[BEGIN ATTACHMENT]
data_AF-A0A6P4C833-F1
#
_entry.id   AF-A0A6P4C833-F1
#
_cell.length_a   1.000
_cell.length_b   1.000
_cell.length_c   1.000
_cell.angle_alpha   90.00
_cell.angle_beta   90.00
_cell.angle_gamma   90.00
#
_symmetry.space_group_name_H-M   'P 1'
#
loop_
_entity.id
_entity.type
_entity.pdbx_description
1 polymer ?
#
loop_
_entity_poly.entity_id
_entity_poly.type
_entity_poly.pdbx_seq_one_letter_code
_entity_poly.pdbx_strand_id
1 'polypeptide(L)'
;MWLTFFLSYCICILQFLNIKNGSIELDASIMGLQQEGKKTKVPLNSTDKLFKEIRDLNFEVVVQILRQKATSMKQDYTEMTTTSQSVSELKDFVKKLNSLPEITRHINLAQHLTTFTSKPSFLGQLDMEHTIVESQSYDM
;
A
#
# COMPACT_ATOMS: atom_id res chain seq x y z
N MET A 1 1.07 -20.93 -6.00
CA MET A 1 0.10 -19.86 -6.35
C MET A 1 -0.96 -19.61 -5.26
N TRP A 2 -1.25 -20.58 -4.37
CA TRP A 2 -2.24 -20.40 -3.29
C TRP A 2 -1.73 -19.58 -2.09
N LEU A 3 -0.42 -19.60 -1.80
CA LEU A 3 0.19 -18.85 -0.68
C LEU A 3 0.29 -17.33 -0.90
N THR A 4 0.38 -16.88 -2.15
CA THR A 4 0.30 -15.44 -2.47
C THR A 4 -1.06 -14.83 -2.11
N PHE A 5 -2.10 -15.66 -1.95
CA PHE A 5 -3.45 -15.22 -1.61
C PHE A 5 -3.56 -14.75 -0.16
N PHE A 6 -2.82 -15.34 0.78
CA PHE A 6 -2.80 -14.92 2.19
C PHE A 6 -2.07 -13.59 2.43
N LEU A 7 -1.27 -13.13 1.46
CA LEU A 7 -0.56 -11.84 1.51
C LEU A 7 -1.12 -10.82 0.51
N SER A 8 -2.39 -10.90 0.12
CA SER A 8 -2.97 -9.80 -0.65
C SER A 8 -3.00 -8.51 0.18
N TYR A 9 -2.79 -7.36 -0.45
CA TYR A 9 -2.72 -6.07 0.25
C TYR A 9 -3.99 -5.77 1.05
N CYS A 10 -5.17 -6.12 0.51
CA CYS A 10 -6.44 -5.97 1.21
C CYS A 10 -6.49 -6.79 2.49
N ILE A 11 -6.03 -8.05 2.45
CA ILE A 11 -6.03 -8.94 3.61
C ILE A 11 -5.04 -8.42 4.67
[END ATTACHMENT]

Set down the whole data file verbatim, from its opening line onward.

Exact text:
data_AF-A0A6P4C833-F1
#
_entry.id   AF-A0A6P4C833-F1
#
_cell.length_a   1.000
_cell.length_b   1.000
_cell.length_c   1.000
_cell.angle_alpha   90.00
_cell.angle_beta   90.00
_cell.angle_gamma   90.00
#
_symmetry.space_group_name_H-M   'P 1'
#
loop_
_entity.id
_entity.type
_entity.pdbx_description
1 polymer ?
#
loop_
_entity_poly.entity_id
_entity_poly.type
_entity_poly.pdbx_seq_one_letter_code
_entity_poly.pdbx_strand_id
1 'polypeptide(L)'
;MWLTFFLSYCICILQFLNIKNGSIELDASIMGLQQEGKKTKVPLNSTDKLFKEIRDLNFEVVVQILRQKATSMKQDYTEMTTTSQSVSELKDFVKKLNSLPEITRHINLAQHLTTFTSKPSFLGQLDMEHTIVESQSYDM
;
A
#
# COMPACT_ATOMS: atom_id res chain seq x y z
N MET A 1 1.07 -20.93 -6.00
CA MET A 1 0.10 -19.86 -6.35
C MET A 1 -0.96 -19.61 -5.26
N TRP A 2 -1.25 -20.58 -4.37
CA TRP A 2 -2.24 -20.40 -3.29
C TRP A 2 -1.73 -19.58 -2.09
N LEU A 3 -0.42 -19.60 -1.80
CA LEU A 3 0.19 -18.85 -0.68
C LEU A 3 0.29 -17.33 -0.90
N THR A 4 0.38 -16.88 -2.15
CA THR A 4 0.30 -15.44 -2.47
C THR A 4 -1.06 -14.83 -2.11
N PHE A 5 -2.10 -15.66 -1.95
CA PHE A 5 -3.45 -15.22 -1.61
C PHE A 5 -3.56 -14.75 -0.16
N PHE A 6 -2.82 -15.34 0.78
CA PHE A 6 -2.80 -14.92 2.19
C PHE A 6 -2.07 -13.59 2.43
N LEU A 7 -1.27 -13.13 1.46
CA LEU A 7 -0.56 -11.84 1.51
C LEU A 7 -1.12 -10.82 0.51
N SER A 8 -2.39 -10.90 0.12
CA SER A 8 -2.97 -9.80 -0.65
C SER A 8 -3.00 -8.51 0.18
N TYR A 9 -2.79 -7.36 -0.45
CA TYR A 9 -2.72 -6.07 0.25
C TYR A 9 -3.99 -5.77 1.05
N CYS A 10 -5.17 -6.12 0.51
CA CYS A 10 -6.44 -5.97 1.21
C CYS A 10 -6.49 -6.79 2.49
N ILE A 11 -6.03 -8.05 2.45
CA ILE A 11 -6.03 -8.94 3.61
C ILE A 11 -5.04 -8.42 4.67